Photography For Kids Classroom Ideas For Teaching Photography


Photography For Kids Classroom Ideas for Teaching Photography

Photography for kids, You know when I started photography when I was eleven years old. I had to use film cameras, so I had to pay every time I took a photo and that got really expensive because I didn’t have a lot of money at eleven and I didn’t have a big allowance. But now we have digital cameras and we have cameras in our pockets through our cellphones. So I have some quick tips for how you can teach photography and even if you don’t know anything about the technical aspects of photography and the first thing is what equipment you need, because I think that’s a big question earlier. If some of you were asking what kind of camera I use so for a lot of these photos, I’ve of course used a bigger lens and a bigger camera, but for the photos in this slide, these were all taken with my cell phone camera. So I didn’t need something special and that’s all you really need to teach any of these projects to your students is a basic digital camera. That’S a point-and-shoot camera or a phone like this one and that’s all you need, and you can do it with a camera for each kid or you could share cameras with groups of kids and so in this case, just think about equipment as a very simple camera.

Children and Teens - Pictures by Todd Photography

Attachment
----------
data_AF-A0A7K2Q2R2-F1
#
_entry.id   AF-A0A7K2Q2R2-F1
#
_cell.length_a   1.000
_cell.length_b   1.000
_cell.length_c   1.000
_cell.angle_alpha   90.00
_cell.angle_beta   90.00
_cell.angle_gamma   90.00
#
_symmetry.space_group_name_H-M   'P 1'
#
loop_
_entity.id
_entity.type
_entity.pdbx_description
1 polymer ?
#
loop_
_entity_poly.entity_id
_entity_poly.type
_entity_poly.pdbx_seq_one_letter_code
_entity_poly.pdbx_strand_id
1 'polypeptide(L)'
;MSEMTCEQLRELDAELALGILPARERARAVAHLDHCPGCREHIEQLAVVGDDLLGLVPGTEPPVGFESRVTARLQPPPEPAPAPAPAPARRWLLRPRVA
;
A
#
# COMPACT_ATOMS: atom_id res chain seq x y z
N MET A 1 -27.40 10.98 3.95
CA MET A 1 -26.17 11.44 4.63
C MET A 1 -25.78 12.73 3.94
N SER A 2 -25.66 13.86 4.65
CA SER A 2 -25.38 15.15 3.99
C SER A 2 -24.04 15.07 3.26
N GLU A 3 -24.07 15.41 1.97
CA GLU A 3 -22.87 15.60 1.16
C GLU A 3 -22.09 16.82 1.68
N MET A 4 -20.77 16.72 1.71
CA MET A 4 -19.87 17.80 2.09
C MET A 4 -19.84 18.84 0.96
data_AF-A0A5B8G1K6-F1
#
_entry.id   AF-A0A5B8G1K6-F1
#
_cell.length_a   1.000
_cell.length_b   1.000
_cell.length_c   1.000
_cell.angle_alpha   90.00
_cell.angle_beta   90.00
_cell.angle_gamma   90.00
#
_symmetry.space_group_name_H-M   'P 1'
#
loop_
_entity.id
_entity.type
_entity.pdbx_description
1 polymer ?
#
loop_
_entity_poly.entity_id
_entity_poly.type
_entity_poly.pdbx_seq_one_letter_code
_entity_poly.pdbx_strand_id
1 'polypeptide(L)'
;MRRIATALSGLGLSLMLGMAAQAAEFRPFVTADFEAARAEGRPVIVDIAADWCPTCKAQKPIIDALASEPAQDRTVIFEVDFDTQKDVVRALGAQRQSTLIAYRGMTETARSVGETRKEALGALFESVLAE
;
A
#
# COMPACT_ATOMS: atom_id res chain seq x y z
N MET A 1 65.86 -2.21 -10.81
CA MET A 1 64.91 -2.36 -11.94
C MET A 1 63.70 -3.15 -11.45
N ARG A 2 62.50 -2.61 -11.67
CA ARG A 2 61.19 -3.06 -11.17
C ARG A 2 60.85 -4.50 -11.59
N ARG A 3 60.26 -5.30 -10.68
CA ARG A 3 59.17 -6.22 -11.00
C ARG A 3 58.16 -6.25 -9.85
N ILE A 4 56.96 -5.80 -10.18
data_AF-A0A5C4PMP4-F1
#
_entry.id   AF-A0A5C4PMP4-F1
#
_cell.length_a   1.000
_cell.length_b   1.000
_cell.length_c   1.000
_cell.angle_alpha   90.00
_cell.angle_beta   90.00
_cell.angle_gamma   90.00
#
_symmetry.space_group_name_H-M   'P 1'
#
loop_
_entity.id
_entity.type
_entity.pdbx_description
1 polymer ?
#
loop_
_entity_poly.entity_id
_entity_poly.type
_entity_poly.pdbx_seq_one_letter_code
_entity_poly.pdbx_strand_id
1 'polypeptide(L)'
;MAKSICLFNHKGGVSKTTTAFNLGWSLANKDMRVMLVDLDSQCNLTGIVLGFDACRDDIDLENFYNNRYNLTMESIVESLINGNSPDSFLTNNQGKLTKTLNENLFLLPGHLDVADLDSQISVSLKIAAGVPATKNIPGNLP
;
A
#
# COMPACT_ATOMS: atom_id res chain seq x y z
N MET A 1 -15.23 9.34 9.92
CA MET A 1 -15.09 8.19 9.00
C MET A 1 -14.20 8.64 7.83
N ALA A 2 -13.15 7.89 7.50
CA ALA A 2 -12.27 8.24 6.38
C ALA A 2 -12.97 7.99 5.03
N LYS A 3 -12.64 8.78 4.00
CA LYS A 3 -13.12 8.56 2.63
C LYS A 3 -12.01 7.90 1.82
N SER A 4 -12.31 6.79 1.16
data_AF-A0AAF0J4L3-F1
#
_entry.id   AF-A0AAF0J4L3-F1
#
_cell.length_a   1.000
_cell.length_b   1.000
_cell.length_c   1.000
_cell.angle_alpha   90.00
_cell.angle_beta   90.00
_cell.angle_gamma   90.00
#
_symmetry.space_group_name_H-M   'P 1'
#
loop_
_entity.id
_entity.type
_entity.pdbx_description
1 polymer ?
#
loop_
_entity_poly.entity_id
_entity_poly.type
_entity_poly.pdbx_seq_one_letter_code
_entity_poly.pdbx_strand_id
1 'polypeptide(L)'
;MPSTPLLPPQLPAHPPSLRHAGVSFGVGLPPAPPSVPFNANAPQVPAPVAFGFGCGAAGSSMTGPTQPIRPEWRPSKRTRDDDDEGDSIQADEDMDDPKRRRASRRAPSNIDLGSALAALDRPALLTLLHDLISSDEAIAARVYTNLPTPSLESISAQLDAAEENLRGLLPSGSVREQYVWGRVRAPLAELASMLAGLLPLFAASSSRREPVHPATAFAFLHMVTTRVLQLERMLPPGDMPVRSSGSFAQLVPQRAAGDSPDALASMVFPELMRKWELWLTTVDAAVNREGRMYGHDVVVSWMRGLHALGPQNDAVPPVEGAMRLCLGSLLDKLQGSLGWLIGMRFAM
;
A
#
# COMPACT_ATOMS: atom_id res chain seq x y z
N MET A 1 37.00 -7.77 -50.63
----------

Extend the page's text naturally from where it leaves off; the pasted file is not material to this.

Now, the biggest tip I can give you for teaching photography to young learners is to teach them how to hold their camera, because the biggest issue I see with young learners is that their photos are shaky, because you know they’re just so excited to be out in Nature and to have this camera that they’re holding the camera out like this and clicking so teach students to hold the camera close to their face to brace their arms against their body and that helps stabilize the camera so that the camera will not shake. And the images will not be blurry so, in the other big tip I have before we get into some specific ways to improve the photography of your students is to have fun. This is really a way to get your students creative, it’s art, it’s Natural History, learning, we’re learning about all different aspects of the environment and the camera is really just a tool to bridge that gap. So really this is just about having fun. You shouldn’t feel pressured to know all of the technical aspects of photography like aperture and shutter speed. So here are a few just really quick tips with some photo illustrations on how you can actually teach your students to take better photos, so focus on your subject. This is a really big one decide what your subject is and compose your image, so that the subject is clear.

So in this image I don’t really know what my subject is like it’s a beautiful beach, but what I was really interested in was that small boat on the beach, so I got closer to the boat and photographed it this way and that really focuses in the End on what I was trying to tell the audience my viewers about, I was trying to show them this boat and so encourage your students to think about what they’re trying to tell what story are they trying to tell with their images and to get in closer? So then, the other tip is to look for different perspectives, find a different perspective. Look up look down, don’t just be content with looking at something straight on. So in this case I crawled underneath mushrooms. In this case, I looked down at my feet, also try to find a frame just like we put frames around photographs. We also can put elements in our photograph around the subject that we’re trying to photograph. So in this case, I use the trees to frame the mountain, and in this case I used this path to frame this woman, and it really draws your attention to the subject. The other one is using leading lines.